(Updates with analyst’s comment in third paragraph.)
Oct. 27 (Bloomberg) -- Credit Suisse AG reduced its three- and 12-month cocoa price forecasts as the commodity is still “expensive” and the technical picture “looks weak.”
Cocoa will be at $2,550 a metric ton on ICE Futures U.S. in New York in three months, down from a previous estimate of $2,700 a ton, the bank said in a monthly report e-mailed today. The chocolate ingredient’s price is seen at $2,350 a ton in 12 months, down from $2,400 a ton forecast last month, it said.
“A dip below the $2,570 mark, a level that has so far proved to be a strong support level for the market, could trigger a downgrade in the technical trend,” analysts led by Tobias Merath wrote in the report.
“Given exceptionally positive weather conditions during the 2010-2011 crop year, the cocoa market is entering the new crop season with sizable carryout stocks,” according to the report. “The global cocoa market should remain sufficiently supplied.”
Arabica coffee “is the most overvalued commodity market under our coverage,” the bank said. Slowing economic growth could result in falling demand, especially in Europe, and therefore a higher surplus than initially anticipated, it said.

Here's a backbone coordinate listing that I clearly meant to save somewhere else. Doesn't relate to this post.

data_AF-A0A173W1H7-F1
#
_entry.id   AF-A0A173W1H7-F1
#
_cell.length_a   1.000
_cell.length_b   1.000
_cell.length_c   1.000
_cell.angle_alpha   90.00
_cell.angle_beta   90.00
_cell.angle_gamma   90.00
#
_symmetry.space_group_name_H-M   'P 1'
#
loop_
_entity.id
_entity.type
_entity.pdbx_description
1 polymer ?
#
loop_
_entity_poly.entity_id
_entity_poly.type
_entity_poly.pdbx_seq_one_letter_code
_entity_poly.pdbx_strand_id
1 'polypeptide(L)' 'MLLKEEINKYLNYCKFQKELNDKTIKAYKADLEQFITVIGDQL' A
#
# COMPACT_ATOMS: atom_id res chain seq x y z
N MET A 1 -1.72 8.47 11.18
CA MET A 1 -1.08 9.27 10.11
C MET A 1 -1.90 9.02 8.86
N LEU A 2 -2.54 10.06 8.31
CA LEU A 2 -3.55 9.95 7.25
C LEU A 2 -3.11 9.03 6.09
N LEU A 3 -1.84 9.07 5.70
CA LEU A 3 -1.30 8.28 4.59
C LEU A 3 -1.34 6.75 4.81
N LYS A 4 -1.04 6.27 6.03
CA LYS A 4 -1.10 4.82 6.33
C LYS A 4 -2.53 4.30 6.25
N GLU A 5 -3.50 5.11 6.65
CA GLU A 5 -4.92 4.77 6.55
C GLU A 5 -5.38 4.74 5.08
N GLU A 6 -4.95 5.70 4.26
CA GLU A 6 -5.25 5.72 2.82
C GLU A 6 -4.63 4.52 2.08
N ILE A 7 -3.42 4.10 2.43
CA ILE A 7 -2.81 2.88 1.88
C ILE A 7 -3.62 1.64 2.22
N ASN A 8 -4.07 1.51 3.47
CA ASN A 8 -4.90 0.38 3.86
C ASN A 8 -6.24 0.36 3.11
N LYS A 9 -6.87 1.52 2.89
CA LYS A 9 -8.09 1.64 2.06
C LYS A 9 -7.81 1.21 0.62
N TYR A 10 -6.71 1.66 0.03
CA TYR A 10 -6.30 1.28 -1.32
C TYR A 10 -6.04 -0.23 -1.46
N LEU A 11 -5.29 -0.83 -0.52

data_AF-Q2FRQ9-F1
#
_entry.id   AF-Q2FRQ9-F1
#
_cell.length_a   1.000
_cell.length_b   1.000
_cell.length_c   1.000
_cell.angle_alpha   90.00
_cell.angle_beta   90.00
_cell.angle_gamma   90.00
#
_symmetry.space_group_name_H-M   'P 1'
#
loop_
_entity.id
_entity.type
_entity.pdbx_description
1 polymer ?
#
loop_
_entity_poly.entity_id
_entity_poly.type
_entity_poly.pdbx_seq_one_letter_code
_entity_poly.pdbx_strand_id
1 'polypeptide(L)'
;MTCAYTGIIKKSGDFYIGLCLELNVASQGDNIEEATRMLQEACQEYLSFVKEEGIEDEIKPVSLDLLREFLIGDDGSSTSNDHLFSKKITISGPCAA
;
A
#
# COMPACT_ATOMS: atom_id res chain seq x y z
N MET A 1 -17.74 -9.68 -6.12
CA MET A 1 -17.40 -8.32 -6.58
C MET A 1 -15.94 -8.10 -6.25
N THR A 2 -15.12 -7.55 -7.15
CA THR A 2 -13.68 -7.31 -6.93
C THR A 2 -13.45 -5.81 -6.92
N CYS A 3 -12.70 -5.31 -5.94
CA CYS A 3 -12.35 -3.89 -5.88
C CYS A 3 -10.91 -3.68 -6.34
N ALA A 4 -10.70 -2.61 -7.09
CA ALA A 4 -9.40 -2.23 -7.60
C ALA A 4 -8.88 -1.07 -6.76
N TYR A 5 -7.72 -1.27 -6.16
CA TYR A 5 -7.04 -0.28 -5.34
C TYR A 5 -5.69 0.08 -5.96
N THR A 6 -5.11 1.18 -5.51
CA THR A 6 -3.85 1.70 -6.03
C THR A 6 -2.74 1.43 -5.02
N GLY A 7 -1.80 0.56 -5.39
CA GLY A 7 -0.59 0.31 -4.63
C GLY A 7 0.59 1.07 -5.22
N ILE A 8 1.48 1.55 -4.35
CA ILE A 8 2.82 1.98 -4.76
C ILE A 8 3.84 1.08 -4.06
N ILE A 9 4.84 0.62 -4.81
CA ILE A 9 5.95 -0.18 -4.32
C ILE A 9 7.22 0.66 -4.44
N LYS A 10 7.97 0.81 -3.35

“Global coffee production is likely to come in fairly high, driven by solid production in Brazil and Colombia,” it said.
Arabica coffee is expected to be $2.30 a pound in three months, up from $2.20 last month, the bank said. It maintained its 12-month forecast at $2 a pound.
Raw sugar prices are unlikely to fall below 23 cents a pound, which is the amount mills need to continue producing the sweetener instead of ethanol, Credit Suisse said. Sugar cane is the raw material for both commodities.
Floods in Thailand, the second-largest sugar exporter, are unlikely to result in “substantive supply delays,” the bank said.
Credit Suisse raised its three- and 12-month sugar forecast to 27 cents a pound from 26 cents a pound last month.
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